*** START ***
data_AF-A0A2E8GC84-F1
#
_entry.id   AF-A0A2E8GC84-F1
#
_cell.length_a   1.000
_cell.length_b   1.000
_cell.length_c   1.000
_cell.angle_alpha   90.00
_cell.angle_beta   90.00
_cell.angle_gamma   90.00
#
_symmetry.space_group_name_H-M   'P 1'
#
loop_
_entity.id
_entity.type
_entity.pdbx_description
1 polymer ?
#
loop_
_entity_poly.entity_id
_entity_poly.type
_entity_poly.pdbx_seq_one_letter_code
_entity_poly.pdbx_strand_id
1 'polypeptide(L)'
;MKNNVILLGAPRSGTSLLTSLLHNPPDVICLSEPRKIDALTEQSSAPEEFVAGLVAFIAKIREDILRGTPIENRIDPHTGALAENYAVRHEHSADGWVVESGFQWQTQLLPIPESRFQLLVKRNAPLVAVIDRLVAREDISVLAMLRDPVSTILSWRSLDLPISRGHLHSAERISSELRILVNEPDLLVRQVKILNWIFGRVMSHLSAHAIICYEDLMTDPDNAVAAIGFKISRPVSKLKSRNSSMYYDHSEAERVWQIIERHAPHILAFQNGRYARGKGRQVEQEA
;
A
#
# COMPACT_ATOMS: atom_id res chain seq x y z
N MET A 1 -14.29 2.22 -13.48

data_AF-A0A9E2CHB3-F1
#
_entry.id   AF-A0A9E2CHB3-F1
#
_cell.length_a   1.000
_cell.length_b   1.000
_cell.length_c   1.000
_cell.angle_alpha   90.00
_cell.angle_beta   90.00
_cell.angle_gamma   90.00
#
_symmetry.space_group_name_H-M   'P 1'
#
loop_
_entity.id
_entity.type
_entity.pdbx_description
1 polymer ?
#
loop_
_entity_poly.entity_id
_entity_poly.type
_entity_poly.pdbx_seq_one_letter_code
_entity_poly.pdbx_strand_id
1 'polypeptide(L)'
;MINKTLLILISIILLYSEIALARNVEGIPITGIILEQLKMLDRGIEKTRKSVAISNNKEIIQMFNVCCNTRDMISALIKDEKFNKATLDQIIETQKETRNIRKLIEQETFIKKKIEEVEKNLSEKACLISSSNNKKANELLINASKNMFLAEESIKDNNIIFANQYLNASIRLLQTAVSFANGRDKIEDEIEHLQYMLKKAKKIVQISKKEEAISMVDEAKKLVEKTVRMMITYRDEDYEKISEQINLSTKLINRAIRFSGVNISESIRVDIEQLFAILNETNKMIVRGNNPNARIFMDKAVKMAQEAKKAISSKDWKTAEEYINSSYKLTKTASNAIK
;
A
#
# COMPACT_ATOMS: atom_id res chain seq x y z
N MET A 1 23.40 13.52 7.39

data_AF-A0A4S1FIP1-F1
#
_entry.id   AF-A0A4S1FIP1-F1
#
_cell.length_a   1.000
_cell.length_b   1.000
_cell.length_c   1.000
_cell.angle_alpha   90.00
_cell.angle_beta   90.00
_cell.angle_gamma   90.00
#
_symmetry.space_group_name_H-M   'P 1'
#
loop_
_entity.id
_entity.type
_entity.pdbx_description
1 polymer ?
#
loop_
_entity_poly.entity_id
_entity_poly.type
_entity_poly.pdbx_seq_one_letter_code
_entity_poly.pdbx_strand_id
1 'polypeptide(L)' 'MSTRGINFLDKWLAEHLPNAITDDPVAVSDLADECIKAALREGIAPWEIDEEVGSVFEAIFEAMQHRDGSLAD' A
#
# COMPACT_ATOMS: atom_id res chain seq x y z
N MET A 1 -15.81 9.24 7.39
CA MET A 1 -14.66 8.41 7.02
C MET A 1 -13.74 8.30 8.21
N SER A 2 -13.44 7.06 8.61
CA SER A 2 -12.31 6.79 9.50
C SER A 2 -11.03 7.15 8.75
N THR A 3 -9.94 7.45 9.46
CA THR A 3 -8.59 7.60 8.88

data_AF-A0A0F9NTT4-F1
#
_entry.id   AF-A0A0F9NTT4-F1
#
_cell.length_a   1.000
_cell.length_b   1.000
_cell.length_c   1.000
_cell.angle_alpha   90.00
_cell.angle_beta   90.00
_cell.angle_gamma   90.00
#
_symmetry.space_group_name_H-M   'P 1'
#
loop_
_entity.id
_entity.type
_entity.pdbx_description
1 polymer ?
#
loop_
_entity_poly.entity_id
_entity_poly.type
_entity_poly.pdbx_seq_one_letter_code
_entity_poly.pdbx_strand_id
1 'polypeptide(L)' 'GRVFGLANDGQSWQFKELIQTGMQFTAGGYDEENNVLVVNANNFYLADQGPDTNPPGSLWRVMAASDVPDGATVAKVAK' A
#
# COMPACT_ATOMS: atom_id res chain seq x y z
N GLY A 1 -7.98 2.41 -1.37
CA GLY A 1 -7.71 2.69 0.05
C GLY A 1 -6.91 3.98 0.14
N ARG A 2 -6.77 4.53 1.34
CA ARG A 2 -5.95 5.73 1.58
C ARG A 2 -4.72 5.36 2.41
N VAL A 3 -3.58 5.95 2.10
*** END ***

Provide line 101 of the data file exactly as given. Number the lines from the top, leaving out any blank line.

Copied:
#